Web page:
We got bored with the lack of sightings at the pond, so we decided to head back home, but went by way of County Road 22/Highway 16 out along the sloughs beside the rice fields. Along the way, we saw a fledgling Red-Tailed Hawk sitting on the railroad tracks, peeping. It was in rough shape, and we were worried that it wasn’t being cared for by its parents… but then we saw two adult birds sitting on nearby telephone poles, and we hoped those there parents.
The young one was pretty exposed, and we were concerned about it over-heating and getting dehydrated. But if its folks were around, they could bring it water and food. It had its flight feathers, too, so maybe after a rest it could get itself into the shade and/or nearer the water.
Along that stretch of road, some of the fields are flooded right now, full of growing rice, so parts of the sloughs are full, too. There were tangles of willows, cottonwood trees, oaks, wild rose, blackberry vines, and other understory plants and bushes growing all along these areas.
There were large colonies of Western Spotted Orb-weaver Spiders all through the plant growth, and you had to be careful where you put your hand or leaned in. You might get a handful or face full of webbing!
On the willows we found a couple of different galls, and also found some faded specimens of Mossy Rose Galls.
After a while, it was getting too hot for us and we were sweating into our eyes (eew),so we quit for the day. So, it wasn’t exactly what we had originally planned for the day, but I enjoyed it.
This was hike #56 of my hike challenge for the year.
- Alkali Heliotrope, Heliotropium curassavicum
- American Avocet, Recurvirostra americana
- Armenian Blackberry, Rubus armeniacus [pink flower]
- Arroyo Willow, Salix lasiolepis
- Azolla, Water Fern, Azolla filiculoides
- Barn Swallow, Hirundo rustica
- Black Phoebe, Sayornis nigricans
- Black Walnut, Eastern Black Walnut, Juglans nigra
- Black-Necked Stilt, Himantopus mexicanus
- Black-Tailed Jackrabbit, Lepus californicus
- Brewer’s Blackbird, Euphagus cyanocephalus
- Broadleaf Cattail, Bullrush, Typha latifolia
- Broadleaved Pepperweed, Lepidium latifolium
- Brown-Headed Cowbird, Molothrus ater
- Buttonbush, Cephalanthus occidentalis
- California Buckwheat, Eriogonum fasciculatum
- California Ground Squirrel, Otospermophilus beecheyi
- California Mugwort, Artemisia douglasiana
- California Wild Rose, Rosa californica
- Canada Goose, Branta canadensis
- Cat, Felis catus
- Cinnamon Teal, Anas cyanoptera
- Crow, American Crow, Corvus brachyrhynchos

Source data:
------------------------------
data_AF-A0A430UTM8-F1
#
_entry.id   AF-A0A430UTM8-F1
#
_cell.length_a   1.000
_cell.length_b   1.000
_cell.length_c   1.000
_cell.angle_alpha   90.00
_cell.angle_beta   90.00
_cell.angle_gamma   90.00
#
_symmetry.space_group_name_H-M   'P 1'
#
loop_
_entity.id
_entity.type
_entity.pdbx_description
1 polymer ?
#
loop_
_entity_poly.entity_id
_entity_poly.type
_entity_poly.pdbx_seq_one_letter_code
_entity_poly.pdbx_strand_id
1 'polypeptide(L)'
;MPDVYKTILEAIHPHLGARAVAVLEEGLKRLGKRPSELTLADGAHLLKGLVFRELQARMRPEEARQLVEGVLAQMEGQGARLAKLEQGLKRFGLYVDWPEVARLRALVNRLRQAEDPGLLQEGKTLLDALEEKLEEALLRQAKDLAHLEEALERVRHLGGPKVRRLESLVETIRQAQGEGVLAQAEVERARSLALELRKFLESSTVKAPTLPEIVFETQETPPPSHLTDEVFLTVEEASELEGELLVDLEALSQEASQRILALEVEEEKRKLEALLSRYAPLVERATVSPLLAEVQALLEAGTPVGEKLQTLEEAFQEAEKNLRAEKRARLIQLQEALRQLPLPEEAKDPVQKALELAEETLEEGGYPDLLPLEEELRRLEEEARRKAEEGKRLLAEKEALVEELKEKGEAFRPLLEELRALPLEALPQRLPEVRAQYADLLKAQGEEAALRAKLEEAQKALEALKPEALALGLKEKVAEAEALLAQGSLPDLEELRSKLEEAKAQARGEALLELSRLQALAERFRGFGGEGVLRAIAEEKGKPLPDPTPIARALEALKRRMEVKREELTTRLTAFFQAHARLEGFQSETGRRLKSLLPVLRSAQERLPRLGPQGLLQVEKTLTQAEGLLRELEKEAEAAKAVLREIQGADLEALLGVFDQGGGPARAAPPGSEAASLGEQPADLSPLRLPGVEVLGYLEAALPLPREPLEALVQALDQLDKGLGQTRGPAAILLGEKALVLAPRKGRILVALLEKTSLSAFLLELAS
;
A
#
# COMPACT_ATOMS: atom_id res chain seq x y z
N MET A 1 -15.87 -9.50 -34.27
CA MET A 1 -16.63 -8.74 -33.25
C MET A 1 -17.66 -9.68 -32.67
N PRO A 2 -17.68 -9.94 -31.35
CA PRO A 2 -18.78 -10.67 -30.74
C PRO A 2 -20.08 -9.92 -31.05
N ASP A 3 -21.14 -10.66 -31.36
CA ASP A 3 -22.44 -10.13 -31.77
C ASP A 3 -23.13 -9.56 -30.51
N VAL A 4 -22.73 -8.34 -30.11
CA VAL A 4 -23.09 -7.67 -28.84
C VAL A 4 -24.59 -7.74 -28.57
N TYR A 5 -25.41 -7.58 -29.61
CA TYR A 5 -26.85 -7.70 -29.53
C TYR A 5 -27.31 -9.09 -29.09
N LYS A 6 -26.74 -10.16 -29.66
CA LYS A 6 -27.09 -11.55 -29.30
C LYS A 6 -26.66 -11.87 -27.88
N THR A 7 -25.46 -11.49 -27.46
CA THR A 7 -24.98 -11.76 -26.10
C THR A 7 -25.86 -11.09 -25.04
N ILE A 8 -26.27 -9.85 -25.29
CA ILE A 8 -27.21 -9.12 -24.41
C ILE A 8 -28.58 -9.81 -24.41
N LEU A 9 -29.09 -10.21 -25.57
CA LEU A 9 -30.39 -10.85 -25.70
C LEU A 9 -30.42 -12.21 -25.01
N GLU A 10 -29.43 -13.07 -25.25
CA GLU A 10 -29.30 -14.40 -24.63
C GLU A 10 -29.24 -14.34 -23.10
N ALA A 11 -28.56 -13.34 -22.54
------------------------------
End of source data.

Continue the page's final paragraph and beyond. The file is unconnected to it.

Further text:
- Dark-Bordered Granite Moth, Digrammia neptaria
- Desert Cottontail Rabbit, Sylvilagus audubonii
- Downy Woodpecker, Picoides pubescens
- Eurasian Collared Dove, Streptopelia decaocto
- European Honeybee, Western Honeybee, Apis mellifera
- Forster’s Tern, Sterna forsteri
- Fremont’s Cottonwood, Populus fremontii
- Goodding’s Black Willow, Salix gooddingii
- Great Blue Heron, Ardea herodias
- Great Egret, Ardea alba
- Great-Tailed Grackle, Quiscalus mexicanus
- Green Darner Dragonfly, Anax junius
- Green Heron, Butorides virescens
- House Finch, Haemorhous mexicanus
- Interior Sandbar Willow, Salix interior
- Killdeer, Charadrius vociferous
- Mossy Rose Gall Wasp, Diplolepis rosae
- Northern Mockingbird, Mimus polyglottos
- Northern Shoveler, Anas clypeata
- Nuttall’s Woodpecker, Picoides nuttallii
- Pacific Pond Turtle, Western Pond Turtle, Actinemys marorata
- Paper Wasp, Black Paper Wasp, European Paper Wasp, Polistes dominula
- Pied-Billed Grebe, Podilymbus podiceps
- Red-Tailed Hawk, Western Red-Tailed Hawk, Buteo jamaicensis ssp. calurus
- Salt Grass, Distichlis spicata
- Saltbush, Big Saltbush, Atriplex lentiformis
- Santa Barbara Sedge, Carex barbarae
- Say’s Phoebe, Sayornis saya
- Snowy Egret, Egretta thula
- Tree Swallow, Tachycineta bicolor
- Tule, Common Tule, Schoenoplectus acutus
- Turkey Vulture, Cathartes aura
- Variegated Meadowhawk Dragonfly, Sympetrum corruptum
- Western Kingbird, Tyrant Flycatcher, Tyrannus verticalis
- Western Spotted Orbweaver Spider, Neoscona oaxacensis
- White Tailed Kite, Elanus leucurus
- Willow Apple Gall Sawfly, Pontania californica
- Willow Rosette Gall Midge, Rabdophaga salicisbrassicoide